Break down any breastfeeding mom's brain and between the sections labeled "Perfect Spot to Breastfeed & Charge My Phone" and "Netflix Shows to Watch While Cluster Feeding" there is a huge, pulsing section dedicated to worrying about her breast milk production. Every day, moms hear about something that is supposed to increase your breast milk production, but do they all work? A lot of them are old wives' tales, but some will make you pause because hey, that sounds easy, like asking, "does eating soup help breast milk production?"
I know — it sounds kind of odd. But KellyMom noted that you have to stay hydrated to make breast milk, so why wouldn't soup help? Every mom is more than willing to chug down a bowl of chicken noodle soup for an increased breast milk supply.
But hold off on grabbing that spoon. It's not quite as simple as eating soup to increase your breast milk production. Although hydration is important for breast milk production, a study found that extra fluids do not increase your supply.
So what gives?
International Board Certified Lactation Consultant Kristin Gourley from Lactation Link tells Romper that it's common in Asian cultures for soup to be given to postpartum women, but it's more about warm foods in general, not soup specifically.
Lactation consultant Tera Kelley Hamann agrees with Gourley, noting that no excess fluid increases lactation, but that some moms may find comfort in making soups with added galactagouges, foods that increase breast milk supply, but that there is no research to back up these "lactation soups" as beneficial — it's all anecdotal.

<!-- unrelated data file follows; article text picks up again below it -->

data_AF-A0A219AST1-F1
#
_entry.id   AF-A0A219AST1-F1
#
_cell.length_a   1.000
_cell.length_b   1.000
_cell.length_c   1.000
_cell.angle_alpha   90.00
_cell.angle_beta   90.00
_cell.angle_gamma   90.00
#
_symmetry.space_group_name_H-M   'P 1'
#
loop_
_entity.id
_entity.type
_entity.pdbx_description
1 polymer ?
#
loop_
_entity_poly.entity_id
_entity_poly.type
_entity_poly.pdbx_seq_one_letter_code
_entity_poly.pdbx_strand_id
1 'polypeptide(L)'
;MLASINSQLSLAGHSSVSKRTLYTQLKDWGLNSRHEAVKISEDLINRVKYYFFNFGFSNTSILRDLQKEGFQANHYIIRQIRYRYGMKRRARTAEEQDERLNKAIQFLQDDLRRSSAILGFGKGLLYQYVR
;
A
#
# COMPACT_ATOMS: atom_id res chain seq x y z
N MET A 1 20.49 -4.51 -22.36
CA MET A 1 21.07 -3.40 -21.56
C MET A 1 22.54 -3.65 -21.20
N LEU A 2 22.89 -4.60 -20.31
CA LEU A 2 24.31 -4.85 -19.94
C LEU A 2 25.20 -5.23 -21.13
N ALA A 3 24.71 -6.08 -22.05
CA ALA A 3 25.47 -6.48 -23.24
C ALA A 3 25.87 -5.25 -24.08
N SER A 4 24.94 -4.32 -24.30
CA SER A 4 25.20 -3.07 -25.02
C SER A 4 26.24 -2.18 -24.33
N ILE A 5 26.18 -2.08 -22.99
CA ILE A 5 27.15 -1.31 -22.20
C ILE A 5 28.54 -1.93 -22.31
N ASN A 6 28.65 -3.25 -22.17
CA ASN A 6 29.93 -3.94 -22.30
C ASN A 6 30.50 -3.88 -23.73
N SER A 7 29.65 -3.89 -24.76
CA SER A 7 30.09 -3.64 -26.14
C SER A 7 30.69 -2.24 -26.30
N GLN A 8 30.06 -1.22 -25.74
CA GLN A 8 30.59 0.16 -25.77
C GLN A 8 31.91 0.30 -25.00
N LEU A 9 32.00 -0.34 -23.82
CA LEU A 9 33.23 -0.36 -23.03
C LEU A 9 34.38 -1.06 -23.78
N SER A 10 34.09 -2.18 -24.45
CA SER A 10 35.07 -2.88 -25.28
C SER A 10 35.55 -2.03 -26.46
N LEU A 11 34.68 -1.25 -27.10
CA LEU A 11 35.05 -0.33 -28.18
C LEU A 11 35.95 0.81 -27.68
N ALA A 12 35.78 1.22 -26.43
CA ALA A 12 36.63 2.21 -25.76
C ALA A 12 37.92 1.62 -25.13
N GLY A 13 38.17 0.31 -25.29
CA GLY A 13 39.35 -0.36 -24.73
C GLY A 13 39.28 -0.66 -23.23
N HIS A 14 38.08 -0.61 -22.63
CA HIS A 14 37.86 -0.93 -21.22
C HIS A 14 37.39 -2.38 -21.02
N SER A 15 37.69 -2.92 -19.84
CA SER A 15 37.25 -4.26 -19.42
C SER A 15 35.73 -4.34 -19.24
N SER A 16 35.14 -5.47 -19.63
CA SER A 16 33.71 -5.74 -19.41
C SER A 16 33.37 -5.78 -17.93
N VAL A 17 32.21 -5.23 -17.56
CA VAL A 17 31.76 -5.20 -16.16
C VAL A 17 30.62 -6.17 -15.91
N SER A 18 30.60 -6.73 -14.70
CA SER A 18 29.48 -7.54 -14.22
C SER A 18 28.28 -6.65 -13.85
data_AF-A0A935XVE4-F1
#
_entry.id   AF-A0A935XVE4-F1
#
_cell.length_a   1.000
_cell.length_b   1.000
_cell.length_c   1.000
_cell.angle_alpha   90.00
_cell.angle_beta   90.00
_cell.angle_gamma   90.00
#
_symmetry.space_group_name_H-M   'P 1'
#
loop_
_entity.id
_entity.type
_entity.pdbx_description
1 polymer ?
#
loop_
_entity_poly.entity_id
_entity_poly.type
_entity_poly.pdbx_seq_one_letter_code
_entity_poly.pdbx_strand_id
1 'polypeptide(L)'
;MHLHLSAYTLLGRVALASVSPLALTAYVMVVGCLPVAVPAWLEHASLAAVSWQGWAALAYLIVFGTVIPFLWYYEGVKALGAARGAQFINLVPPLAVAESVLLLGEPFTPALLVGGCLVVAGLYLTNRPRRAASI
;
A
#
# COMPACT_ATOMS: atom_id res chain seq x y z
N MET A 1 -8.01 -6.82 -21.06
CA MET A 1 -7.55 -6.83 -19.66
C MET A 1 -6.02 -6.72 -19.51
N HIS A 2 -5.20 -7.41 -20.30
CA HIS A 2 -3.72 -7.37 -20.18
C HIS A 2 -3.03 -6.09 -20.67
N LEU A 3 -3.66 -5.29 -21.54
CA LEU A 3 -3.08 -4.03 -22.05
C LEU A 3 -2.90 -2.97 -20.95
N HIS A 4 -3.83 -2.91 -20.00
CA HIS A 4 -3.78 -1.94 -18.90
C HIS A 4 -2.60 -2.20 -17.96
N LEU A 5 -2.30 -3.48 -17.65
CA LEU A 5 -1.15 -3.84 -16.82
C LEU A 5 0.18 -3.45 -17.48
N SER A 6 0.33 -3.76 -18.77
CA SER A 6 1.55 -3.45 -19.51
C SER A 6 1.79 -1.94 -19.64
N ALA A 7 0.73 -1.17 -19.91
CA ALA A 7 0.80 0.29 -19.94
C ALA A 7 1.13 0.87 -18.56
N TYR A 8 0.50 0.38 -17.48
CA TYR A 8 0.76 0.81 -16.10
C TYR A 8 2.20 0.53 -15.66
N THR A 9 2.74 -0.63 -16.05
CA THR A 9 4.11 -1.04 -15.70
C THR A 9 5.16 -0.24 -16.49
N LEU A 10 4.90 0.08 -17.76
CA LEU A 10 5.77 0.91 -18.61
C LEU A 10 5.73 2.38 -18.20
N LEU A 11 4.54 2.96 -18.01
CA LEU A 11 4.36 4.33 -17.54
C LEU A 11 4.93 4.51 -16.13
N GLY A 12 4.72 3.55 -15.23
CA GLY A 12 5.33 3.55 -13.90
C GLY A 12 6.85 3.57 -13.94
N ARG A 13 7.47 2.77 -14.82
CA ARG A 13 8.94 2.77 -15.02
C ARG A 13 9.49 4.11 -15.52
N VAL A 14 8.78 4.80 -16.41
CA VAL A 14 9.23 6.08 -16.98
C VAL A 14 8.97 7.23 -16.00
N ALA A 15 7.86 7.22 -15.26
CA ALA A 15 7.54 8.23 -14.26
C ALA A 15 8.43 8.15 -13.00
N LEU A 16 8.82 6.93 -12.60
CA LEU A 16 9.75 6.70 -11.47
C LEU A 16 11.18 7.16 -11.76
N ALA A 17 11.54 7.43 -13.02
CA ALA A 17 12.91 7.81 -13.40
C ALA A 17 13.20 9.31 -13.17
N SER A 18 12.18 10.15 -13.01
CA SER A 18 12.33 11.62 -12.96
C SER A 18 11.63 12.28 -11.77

Hamann believes that the theory behind eating soup to increase breast milk production may come from a simple reminder to take care of yourself. If warm soup makes you feel good, relaxed, and comfortable, it may help your breast milk. La Leche League International and Hamman both noted that stress hormones can affect breastfeeding and reduce your supply, so finding ways to relax and chill may aid your breast milk production, but does soup specifically? Not so much.
Eating soup certainly won't hurt, however, so if you're craving some French onion or vegetable beef, by all means, enjoy. But don't expect the soup alone to help your breast milk output. Get plenty of rest, remain stress-free, and hydrate to your thirst to help your supply.